Majorly covering the northern hemisphere, the pine tree can be found over a significant portion of the globe. It has ample uses due to its being amongst the most commercially significant of tree species harvested for timber and wood pulp. The resin of some species serves as vital source for turpentine, whereas some others have big seeds ‘pine nuts’ that are sold for cooking and baking purposes. At times cultivated, normally pine trees grow to cover up the entire forest. Though over 100 varieties of pine trees are known to occur, this article instructs how to identify some important species of the pine.
Process of Identifying Different Types of Pines
Eastern White – This variety of pine tree is also known as Pinus Strobes. The distinctive identifying markers for this Eastern White pine tree is its branching rings that get added every passing year. It is the only five-needled eastern pine.
Sugar Pine – Sugar Pine tree is also called Pinus Lambertiana. It is the tallest as well as the largest of all pines and is known to reach heights of 53 to 61 m (i.e. 175 to 200 ft). Some common names used for this specie of pine are Big Pine, California Sugar Pine, Gigantic Pine, Great Sugar Pine, etc.
Red Pine - It is also known by the name Pinus Resinosa. On an average, this variety of pine tree has a diameter of about 80 feet and attains a height of about 80 feet.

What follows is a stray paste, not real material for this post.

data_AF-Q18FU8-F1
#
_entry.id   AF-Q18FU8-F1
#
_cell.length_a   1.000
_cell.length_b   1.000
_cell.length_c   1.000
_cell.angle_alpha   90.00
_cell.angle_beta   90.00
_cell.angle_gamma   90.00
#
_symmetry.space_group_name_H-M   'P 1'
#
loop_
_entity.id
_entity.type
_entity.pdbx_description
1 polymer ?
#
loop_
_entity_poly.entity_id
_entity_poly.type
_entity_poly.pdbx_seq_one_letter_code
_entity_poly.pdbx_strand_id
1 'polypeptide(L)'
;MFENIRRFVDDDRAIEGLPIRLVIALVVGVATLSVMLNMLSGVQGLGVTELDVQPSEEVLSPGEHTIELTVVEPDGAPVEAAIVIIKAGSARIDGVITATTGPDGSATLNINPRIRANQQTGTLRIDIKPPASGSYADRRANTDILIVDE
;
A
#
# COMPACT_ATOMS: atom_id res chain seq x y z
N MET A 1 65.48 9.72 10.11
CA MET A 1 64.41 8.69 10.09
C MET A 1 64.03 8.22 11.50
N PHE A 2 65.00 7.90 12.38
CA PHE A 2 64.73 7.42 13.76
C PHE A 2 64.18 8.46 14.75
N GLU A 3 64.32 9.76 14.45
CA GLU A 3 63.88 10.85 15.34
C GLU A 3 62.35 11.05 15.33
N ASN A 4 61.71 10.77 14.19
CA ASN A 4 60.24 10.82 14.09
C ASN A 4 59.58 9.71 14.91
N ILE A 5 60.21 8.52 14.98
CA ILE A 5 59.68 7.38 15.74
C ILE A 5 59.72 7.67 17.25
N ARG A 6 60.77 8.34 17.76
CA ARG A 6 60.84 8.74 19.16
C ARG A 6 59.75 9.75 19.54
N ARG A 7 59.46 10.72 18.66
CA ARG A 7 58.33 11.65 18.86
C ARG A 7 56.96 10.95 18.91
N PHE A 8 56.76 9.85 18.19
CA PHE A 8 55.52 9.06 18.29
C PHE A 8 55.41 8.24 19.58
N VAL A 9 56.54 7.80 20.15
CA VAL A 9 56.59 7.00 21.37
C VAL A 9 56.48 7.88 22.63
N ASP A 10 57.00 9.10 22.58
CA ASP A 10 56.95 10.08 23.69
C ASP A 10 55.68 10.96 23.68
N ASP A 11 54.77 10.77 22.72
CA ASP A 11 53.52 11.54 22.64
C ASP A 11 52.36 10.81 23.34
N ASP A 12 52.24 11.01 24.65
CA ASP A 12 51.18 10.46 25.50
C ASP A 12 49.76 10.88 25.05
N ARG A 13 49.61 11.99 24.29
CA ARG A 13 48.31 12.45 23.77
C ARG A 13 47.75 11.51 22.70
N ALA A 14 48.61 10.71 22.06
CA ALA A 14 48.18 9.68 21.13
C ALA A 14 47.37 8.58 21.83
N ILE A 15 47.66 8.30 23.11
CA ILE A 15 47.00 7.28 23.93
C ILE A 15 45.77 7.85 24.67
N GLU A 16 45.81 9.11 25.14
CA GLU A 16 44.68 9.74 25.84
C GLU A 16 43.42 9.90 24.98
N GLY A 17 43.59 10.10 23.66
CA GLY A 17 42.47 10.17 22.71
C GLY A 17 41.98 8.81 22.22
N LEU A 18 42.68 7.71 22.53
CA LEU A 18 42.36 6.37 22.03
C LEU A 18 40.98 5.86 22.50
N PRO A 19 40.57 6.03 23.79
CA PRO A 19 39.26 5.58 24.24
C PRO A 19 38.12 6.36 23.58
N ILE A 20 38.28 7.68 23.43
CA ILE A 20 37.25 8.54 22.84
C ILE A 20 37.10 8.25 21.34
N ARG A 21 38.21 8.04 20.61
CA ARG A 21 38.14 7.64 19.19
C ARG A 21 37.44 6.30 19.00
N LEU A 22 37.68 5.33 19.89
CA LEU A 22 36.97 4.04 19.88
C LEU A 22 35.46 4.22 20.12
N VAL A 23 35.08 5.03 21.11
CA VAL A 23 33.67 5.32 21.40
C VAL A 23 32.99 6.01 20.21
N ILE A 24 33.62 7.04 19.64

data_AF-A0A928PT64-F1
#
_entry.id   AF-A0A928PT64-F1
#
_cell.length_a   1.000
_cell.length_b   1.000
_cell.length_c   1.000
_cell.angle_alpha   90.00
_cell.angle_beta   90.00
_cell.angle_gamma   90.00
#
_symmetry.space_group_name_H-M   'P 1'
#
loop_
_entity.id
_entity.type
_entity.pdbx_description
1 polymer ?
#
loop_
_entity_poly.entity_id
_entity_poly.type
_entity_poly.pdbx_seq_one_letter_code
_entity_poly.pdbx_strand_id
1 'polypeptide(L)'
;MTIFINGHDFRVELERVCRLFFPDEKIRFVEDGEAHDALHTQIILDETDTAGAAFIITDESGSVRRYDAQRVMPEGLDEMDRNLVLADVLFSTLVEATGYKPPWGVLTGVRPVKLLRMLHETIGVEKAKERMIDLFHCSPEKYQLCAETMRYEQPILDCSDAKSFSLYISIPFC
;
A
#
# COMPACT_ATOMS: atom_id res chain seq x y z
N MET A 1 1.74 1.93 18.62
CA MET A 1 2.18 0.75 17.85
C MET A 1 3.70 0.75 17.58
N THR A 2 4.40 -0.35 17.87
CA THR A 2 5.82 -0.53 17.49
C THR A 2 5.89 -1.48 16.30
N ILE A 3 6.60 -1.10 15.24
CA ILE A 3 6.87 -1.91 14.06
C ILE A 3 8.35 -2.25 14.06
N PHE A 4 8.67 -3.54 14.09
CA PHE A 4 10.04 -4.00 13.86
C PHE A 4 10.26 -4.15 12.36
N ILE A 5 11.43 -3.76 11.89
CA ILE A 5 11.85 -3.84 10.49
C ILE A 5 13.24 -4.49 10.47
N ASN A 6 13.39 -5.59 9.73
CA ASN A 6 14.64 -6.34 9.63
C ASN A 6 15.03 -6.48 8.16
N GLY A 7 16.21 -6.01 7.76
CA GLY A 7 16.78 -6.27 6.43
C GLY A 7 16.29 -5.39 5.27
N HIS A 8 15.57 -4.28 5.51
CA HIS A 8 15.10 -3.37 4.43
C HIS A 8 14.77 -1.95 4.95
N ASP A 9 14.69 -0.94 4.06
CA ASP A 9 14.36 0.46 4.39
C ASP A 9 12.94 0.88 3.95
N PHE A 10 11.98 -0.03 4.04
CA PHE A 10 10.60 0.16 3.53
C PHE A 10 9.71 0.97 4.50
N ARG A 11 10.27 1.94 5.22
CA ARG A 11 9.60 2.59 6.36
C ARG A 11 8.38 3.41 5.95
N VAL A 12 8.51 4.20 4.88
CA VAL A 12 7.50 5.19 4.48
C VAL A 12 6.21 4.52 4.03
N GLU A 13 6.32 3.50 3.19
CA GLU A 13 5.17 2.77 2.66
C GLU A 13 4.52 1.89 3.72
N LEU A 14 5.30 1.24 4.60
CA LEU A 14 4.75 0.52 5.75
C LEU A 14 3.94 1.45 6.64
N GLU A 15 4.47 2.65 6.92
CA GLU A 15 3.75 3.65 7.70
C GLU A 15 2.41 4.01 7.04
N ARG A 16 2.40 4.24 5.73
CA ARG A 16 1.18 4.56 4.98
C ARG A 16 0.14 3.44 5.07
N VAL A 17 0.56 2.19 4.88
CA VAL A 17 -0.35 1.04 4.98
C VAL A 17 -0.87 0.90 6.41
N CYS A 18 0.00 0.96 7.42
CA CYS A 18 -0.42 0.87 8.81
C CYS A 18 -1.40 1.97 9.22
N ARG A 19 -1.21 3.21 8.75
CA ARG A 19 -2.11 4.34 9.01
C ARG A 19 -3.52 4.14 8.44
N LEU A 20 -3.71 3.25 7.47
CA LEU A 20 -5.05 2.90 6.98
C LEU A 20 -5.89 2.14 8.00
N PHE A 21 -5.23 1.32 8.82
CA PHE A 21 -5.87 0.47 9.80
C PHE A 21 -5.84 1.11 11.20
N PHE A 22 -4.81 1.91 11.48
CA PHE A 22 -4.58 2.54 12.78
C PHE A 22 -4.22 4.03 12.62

Jack Pine – This pine tree variety is also called Pinus Banksiana. This pine is a small to medium sized coniferous tree and is known to grow abundantly in places like America and Canada.
Longleaf Pine – Another name for this pine tree is Pinus Palustris. It has the longest needle growing in groups of three. The needles are commonly known to attain a length of 18 inches (i.e. 45 cm) or so and elegantly droop from course, stout branches of a mature tree.
Ponderosa Pine – It is among the most extensively dispersed pines in western North America. This pine tree attains a height of 180 feet with diameters of four feet. Though the pine of this variety has a pyramidal crown when young, it gradually matures to a flat crown. Another identifier is the bark that smells like vanilla.